What then, do the critics of the “end justifies the means” truly mean when they say that “bad means” can or will lead to “bad ends”? What they are really saying is that the means in question will violate other ends which the critics deem to be more important or more valuable than the goal of the group being criticized. Thus, suppose that Communists hold that murder is justified if it leads to a dictatorship by the vanguard party of the proletariat. The critics of such murder (or of such advocacy of murder) are really asserting, not that the “ends do not justify the means,” but rather that murder violates a more valuable end (to say the least), namely, the end of “not committing murder,” or nonaggression against persons. And, of course, from the libertarian point of view, the critics would be correct.
Hence, the libertarian goal, the victory of liberty, justifies the speediest possible means towards reaching the goal, but those means cannot be such as to contradict, and thereby undercut, the goal itself. We have already seen that gradualism-in-theory is such a contradictory means. Another contradictory means would be to commit aggression (e.g., murder or theft) against persons or just property in order to reach the libertarian goal of nonaggression. But this too would be a self-defeating and impermissible means to pursue. For the employment of such aggression would directly violate the goal of nonaggression itself.”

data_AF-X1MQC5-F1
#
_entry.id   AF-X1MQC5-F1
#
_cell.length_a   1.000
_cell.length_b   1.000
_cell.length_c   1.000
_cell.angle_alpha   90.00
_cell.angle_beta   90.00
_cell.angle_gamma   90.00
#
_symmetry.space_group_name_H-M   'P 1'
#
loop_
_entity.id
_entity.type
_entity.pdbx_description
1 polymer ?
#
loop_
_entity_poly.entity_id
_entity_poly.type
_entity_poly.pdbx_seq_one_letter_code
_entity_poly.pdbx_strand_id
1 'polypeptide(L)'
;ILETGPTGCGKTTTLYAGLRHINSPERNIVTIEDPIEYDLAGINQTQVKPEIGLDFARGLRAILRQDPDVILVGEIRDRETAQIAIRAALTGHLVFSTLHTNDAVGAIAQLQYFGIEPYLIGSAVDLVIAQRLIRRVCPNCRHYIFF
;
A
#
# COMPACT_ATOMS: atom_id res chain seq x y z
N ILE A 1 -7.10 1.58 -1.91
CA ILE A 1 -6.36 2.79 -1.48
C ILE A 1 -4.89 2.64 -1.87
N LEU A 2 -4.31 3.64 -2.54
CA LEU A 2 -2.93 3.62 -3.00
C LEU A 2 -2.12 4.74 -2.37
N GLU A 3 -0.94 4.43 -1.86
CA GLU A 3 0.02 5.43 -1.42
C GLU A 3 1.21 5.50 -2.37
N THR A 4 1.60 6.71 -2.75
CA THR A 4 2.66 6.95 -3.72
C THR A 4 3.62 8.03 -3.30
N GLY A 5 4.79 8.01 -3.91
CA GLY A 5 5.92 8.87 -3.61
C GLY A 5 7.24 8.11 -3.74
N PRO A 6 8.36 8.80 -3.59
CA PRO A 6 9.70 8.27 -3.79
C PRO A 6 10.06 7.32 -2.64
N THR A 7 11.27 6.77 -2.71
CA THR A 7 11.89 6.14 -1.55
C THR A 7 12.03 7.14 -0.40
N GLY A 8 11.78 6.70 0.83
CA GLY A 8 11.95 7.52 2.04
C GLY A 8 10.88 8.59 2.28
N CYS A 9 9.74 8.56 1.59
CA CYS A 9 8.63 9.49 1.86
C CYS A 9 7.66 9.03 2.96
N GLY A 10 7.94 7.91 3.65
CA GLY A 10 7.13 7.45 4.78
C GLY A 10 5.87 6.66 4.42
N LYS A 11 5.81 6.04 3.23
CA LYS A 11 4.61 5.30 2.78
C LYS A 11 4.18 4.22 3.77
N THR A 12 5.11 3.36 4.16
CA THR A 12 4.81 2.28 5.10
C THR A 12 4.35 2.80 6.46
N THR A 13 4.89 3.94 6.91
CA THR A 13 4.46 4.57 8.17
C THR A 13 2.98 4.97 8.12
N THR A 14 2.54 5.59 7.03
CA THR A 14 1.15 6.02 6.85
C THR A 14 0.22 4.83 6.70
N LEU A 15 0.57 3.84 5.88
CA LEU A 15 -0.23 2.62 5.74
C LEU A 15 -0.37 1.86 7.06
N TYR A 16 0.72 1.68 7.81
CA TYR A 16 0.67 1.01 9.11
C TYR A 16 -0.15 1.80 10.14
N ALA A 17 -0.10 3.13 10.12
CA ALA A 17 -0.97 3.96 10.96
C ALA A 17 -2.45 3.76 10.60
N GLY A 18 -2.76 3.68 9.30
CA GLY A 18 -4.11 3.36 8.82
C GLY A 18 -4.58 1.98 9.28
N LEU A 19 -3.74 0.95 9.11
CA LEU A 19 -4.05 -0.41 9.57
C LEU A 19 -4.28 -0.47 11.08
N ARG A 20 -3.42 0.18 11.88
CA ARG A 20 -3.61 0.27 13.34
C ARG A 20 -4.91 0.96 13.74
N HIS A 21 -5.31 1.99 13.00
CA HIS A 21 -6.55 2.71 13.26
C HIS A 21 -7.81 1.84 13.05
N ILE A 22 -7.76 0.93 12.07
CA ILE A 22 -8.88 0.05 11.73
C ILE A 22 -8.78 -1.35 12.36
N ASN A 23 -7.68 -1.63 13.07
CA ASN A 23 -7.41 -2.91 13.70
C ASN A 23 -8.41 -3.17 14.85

“We may test the hypothesis that the State is largely interested in protecting itself rather than its subjects by asking: which category of crimes does the State pursue and punish most intensely—those against private citizens or those against itself?
The gravest crimes in the State’s lexicon are almost invariably not invasions of private person or property, but dangers to its own contentment, for example, treason, desertion of a soldier to the enemy, failure to register for the draft, subversion and subversive conspiracy, assassination of rulers and such economic crimes against the State as counterfeiting its money or evasion of its income tax.